Is Marine Sergeant Nicholas Brody a patriot or a terrorist? This is the main question posed by the new Showtime series Homeland. Along the way, it asks a lot of other, more important questions. What are our criteria for deciding? What does a terrorist look like? How do terrorists behave? Need they follow radical religious leaders or is it suspicious enough that a man — devoted to country, red-haired, lilly-white, not religious — would disappear behind enemy lines for 8 years, only to return an observant Muslim?
Claire Danes plays a CIA officer named Carrie Mathison who spent five years in Iraq and is now “in the penalty box” as an analyst with homeland security after being caught inside an Iraqi jail extracting intel from a man who was about to be executed. The intel she gets: “An American prisoner of war has been turned.”
This means very little to Mathison until Brody (played brilliantly by Damian Lewis) is found, alive, under suspicious circumstances. Her bosses at Langley want Brody as a propaganda piece, and she doesn’t have the clout to surveil him legally, so she does it illegally.
Last week’s episode exposed a hole in Mathison’s surveillance (Brody’s garage), and contained a scene where Brody wandered around a hardware store for a day, flipping switches and examining parts. He came home with a rug and, the next morning, in the garage, secretly, he faced east and knelt to pray.
Again we ask: does conversion to Islam make Brody a terrorist? Does hiding the fact? Or is Sgt. Brody just aware of how such a conversion will look?
Making the lens through which we view Brody an intelligence savant like Mathison — who battles an unspecified illness ranging from extreme anxiety to schizophrenia — forces us to question our own reactions to Brody.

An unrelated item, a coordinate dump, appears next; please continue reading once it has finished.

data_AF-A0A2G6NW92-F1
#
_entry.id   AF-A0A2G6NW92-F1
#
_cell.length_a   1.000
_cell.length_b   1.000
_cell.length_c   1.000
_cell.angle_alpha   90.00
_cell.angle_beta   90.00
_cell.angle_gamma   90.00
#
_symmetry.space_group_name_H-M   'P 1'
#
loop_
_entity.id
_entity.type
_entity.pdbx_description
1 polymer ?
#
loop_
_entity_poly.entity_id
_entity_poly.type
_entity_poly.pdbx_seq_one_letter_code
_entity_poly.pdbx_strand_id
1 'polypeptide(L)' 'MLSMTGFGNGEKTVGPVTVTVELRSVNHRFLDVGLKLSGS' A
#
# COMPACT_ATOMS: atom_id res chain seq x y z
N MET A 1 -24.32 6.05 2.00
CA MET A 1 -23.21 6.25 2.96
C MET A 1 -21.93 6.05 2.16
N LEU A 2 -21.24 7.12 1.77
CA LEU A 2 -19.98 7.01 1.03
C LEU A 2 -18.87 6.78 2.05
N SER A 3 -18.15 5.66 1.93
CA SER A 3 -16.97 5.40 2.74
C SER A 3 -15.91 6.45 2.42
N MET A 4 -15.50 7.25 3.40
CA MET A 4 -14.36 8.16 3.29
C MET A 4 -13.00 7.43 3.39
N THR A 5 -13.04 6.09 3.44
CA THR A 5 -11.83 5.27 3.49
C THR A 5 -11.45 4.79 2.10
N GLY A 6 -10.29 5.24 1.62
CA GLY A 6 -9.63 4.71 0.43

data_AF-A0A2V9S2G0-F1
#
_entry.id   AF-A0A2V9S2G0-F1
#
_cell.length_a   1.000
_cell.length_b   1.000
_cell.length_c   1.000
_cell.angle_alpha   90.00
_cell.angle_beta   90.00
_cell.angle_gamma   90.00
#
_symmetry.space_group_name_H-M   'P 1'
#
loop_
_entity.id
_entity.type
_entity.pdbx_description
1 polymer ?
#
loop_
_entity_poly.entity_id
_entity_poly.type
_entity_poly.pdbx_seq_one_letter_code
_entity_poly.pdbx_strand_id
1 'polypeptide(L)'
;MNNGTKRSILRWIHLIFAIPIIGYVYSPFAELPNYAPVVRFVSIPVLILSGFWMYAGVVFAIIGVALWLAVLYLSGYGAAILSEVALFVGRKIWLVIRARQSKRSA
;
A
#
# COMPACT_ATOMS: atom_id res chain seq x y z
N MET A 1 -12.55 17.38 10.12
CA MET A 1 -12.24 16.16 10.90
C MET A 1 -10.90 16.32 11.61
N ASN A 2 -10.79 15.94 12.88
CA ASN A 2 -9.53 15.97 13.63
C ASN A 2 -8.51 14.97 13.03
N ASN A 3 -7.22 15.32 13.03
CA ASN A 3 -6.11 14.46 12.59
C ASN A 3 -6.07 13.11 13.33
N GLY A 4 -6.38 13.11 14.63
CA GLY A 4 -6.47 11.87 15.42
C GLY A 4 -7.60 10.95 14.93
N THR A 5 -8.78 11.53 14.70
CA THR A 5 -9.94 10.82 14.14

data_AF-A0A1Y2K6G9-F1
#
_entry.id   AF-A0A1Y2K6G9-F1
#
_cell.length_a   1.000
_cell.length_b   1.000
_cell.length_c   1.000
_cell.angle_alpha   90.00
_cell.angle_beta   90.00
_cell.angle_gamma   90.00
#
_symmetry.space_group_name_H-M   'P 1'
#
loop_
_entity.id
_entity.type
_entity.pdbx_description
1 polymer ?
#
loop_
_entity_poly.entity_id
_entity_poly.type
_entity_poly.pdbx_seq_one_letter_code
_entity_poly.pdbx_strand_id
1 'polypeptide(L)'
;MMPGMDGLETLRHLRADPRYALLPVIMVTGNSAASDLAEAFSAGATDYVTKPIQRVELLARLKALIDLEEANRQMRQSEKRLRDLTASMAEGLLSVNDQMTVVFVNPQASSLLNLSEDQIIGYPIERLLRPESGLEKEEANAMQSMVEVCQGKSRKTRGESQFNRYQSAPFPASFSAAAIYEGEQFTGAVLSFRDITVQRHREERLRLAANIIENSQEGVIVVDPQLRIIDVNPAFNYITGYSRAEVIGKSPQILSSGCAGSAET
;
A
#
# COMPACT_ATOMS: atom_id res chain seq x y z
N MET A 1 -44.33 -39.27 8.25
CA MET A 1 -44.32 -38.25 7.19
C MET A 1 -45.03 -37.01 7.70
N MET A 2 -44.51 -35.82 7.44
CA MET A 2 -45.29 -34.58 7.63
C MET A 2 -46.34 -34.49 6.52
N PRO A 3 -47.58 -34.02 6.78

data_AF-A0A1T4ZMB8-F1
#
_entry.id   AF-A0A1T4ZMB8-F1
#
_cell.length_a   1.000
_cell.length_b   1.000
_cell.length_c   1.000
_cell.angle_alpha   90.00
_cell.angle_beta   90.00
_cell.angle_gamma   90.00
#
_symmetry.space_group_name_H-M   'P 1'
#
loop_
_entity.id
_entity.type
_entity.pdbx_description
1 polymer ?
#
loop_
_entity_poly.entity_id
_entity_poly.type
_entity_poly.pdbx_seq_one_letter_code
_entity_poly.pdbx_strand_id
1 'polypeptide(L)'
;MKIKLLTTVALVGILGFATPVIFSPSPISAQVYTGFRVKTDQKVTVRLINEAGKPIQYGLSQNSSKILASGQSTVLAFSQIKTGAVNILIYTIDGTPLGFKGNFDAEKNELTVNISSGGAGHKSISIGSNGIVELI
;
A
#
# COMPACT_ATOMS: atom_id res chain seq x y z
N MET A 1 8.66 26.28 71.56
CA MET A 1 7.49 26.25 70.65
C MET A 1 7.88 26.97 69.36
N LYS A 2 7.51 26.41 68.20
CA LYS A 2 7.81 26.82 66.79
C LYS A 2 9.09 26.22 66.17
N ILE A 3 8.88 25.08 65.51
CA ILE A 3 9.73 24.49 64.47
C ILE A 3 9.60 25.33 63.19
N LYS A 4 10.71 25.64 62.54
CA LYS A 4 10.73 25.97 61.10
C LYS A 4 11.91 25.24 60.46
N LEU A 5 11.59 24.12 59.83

Are we witnessing the groundwork of a double agent and a terrorist, or a man who just wants to get his life back and can’t figure out how? More importantly, is our national obsession with security a normal reaction to what we’ve been through, or the very definition of insanity?
These questions needn’t be answered in the show. They’re best left to each viewer. The fact that they’re being asked at all makes Homeland a thriller in the best, most thoughtful sense —the kind where as much turmoil happens in your gut as onscreen. (Showtime, Sundays, 10pm)
Austin City Limits
PBS began airing just about 41 years ago. For 34 of those years (37 seasons), Austin City Limits has been giving musically-inclined white shut-ins something to do on Saturday evenings. This week, Widespread Panic — the 25-year-old jam band — performs, completing the century. (KSPS, Saturday, 11pm; KCDT, Saturday, 10pm)
The AMC zombie drama returns with 90 minute 2nd season premiere. If that’s not enough didactic emotion and gore, stick around for another hour of people talking about the first ninety minutes. That show’s called Talking Dead. Genius. (AMC, Sunday, 9 pm)
MLB World Series Game 1
Four teams remain in the hunt for the World Series:
Milwaukee and St. Louis in the National league and Detroit and Texas in
the American. If St. Louis and Detroit square off against each other it
will pit two of the most storied teams in baseball (it will also be a
rematch of the 2006 series). If it’s Milwaukee vs Texas, it will mark
the first time — ever — a team from the original 1903 league
doesn’t make the series. If it’s any other combination, Joe Buck will
have way less to talk about.
(FOX, Weds, 7:30 pm)